GBA Lifestyle News
City Living Section
By Andrea Lo | March 25th, 2019

By now, I’m sure you’ve seen this video released by the Transport Department promoting courtesy on public transit featuring legendary Hong Kong actress Deanie Ip.

It depicts irritating behaviors commonly seen on public transport: people paying more attention to smartphones than their surroundings (and missing their stop, or not using earphones while watching videos); taking up seats when there are people who need them, or yelling at bus drivers for things that aren’t their fault. 

It’s a great video because these depictions are so painfully accurate — but I wonder how much impact it will actually have other than bring us a few laughs, thanks to Ip’s punchy delivery. Obnoxious behaviors are so common now around town that I think Hongkongers are increasingly becoming numb to them.

How many people will really start treating other people in public spaces with respect after watching this? Are we really going to start giving way to elderly people, stop putting our feet up on bus seats, and not act like the poles on trains and buses are exclusively for our use?

These are basic etiquette on mass transit and in public spaces, but you’d be surprised by how ungracious Hongkongers act these days — and worse still, how numb we’ve collectively become towards this type of conduct.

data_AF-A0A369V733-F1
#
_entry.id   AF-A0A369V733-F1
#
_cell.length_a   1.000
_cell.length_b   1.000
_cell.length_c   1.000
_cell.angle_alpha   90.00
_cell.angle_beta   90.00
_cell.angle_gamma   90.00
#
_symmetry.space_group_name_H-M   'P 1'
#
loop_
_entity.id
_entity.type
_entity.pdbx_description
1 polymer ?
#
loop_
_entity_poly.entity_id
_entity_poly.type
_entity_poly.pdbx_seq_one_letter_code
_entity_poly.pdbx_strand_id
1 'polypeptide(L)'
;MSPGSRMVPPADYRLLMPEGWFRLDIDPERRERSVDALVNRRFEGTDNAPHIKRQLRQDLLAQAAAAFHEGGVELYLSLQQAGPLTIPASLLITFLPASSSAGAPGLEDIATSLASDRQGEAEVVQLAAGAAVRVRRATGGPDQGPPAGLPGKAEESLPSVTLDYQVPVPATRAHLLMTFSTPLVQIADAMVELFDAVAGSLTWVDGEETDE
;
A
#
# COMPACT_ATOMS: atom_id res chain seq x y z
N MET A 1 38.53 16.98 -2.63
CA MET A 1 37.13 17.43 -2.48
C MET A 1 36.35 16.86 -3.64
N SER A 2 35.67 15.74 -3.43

During rush hour on the MTR, I witnessed a harassed staffer explaining to people that a wheelchair user had been waiting to get into a carriage for some time — five trains had already gone by, but there was no way they could get on.

My mom has used a cane to walk for the last three years and I can count on one hand how many people have offered her a seat on any public transport.

Whenever bad stuff goes down in public, people whip out their smartphones to film instead of trying to help someone in harm’s way. I understand that not everyone is able to physically break up brawls on the MTR (and potentially put themselves in danger), but do we really have to stand on the sidelines and watch it unfold like it’s a soap opera?

We are all guilty of this. I, too, have recorded strangers engaged in verbal arguments in public. I also, however, resent the fact that people are increasingly becoming colder towards one another in society. If we can’t all be nicer to people, can we at least just not be douchebags? That’s all I’m asking.

All Tea No Shade with Andrea Lo.

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